It's amazing to me the vast amount of people who are totally oblivious to the fact that Haitian history is intertwined with Black History. I've met educators who did not know about the Middle Passage and therefore could not make the connection between the two! While the latter was a heartbroken encounter, it also served as an opportunity to uproot the neo-colonized educational propaganda with seeds of true history.
In 1492, African kings and queens were captured from their homeland. The families were brutally separated, dropped off throughout the islands and the Americas never to be reunited with their loved ones again. The Africans who were taken to Haiti successfully masterminded a revolution that startled the world as they became the first black republic! The monumental victory afforded the Haitian people the honor of being the first to outlaw slavery in 1803; which inspired black political activism in the United States and around the globe. You can imagine the fears of the colonizers when they heard that Haitian "slaves" defeated France's powerful army. On the other hand, it fueled fire in the souls of other blacks to believe they too can overcome the tyranny they were under.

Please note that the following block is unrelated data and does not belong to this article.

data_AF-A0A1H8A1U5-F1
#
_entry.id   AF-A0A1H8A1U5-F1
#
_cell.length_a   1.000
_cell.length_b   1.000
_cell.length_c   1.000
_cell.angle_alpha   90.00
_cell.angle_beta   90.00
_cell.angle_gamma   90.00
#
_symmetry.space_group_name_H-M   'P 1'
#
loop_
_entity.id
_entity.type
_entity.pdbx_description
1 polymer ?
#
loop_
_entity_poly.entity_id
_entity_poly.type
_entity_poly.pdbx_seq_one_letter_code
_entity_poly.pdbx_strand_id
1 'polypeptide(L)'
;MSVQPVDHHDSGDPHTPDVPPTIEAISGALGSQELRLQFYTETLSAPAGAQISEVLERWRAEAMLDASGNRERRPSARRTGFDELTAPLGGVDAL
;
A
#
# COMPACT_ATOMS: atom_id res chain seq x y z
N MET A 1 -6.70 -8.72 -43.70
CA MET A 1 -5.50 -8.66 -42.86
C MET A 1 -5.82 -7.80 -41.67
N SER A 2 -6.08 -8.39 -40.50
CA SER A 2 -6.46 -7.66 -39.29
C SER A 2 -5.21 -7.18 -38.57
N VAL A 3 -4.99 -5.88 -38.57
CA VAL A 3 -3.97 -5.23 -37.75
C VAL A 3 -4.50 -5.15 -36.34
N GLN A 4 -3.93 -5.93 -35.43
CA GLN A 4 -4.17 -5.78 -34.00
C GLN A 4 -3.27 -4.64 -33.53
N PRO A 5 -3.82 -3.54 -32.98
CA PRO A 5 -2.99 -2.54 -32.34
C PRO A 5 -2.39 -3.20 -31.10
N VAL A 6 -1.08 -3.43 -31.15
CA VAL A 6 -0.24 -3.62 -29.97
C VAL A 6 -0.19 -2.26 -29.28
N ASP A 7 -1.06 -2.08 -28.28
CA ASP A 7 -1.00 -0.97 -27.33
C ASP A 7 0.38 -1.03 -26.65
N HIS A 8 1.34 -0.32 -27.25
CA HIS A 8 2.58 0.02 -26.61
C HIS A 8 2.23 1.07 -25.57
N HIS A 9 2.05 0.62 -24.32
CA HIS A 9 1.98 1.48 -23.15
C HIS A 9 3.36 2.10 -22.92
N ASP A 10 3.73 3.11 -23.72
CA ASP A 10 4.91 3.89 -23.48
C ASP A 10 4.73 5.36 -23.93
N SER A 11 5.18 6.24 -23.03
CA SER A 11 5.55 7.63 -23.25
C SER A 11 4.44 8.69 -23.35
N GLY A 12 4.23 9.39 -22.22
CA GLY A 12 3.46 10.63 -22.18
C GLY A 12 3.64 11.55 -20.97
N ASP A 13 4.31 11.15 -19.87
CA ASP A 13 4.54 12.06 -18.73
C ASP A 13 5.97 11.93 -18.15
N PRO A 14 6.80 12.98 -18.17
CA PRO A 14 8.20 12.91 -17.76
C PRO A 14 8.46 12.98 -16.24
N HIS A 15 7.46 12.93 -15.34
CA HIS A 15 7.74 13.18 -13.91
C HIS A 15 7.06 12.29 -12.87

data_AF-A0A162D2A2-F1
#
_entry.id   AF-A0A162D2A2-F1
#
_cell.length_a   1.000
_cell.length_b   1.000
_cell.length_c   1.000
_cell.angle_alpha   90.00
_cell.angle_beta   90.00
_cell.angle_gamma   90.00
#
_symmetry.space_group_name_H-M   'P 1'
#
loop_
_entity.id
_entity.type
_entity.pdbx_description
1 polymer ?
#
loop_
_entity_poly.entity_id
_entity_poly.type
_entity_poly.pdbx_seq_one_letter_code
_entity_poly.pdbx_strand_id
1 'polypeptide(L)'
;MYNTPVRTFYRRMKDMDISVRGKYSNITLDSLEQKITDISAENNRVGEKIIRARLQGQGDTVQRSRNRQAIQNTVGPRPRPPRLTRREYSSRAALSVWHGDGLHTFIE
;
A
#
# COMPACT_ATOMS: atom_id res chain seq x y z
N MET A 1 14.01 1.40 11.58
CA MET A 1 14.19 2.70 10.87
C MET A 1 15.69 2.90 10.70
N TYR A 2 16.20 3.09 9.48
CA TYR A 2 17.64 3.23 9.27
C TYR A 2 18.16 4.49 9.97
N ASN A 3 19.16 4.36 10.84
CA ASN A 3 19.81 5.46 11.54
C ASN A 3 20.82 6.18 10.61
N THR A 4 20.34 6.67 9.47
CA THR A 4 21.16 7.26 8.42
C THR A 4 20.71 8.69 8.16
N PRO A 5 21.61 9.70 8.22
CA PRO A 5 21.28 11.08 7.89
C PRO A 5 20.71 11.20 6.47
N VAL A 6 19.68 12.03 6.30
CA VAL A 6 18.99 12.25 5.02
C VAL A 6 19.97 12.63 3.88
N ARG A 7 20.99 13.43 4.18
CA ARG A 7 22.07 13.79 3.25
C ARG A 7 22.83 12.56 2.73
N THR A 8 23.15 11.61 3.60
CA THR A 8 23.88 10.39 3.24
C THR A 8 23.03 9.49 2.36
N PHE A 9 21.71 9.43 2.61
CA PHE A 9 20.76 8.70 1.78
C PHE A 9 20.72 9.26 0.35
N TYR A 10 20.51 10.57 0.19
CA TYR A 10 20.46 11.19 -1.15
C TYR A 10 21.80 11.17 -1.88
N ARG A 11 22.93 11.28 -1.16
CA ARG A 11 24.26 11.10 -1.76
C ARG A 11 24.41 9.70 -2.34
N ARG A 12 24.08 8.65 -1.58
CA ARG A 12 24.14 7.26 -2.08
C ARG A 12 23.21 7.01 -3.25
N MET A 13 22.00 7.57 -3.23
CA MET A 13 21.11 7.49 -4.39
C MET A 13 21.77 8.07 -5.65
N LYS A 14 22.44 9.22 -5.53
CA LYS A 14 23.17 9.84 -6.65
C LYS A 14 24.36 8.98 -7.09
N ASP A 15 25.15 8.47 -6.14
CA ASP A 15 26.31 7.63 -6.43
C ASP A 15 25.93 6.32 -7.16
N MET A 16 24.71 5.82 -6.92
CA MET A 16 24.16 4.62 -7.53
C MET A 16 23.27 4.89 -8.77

The Africans in Haiti spearheaded the movement of Black Freedom, which has catapulted a plethora of accomplishments for us as a race. It's the foundation of Carter G. Woodson's initiation to celebrate Black History Month in the United States in 1926. Frederick Douglass's reference to Haiti as "bright example" was a common sentiment among prominent black leaders at the time.
Today, as we commemorate the Haitian Flag that Catherine Flon sewed together in city of Archaie on May 18th, 1803, we're celebrating black history. We're celebrating a group of Africans who blazed a trail for their family members and countrymen to see the light of freedom back then, today, and generations to come!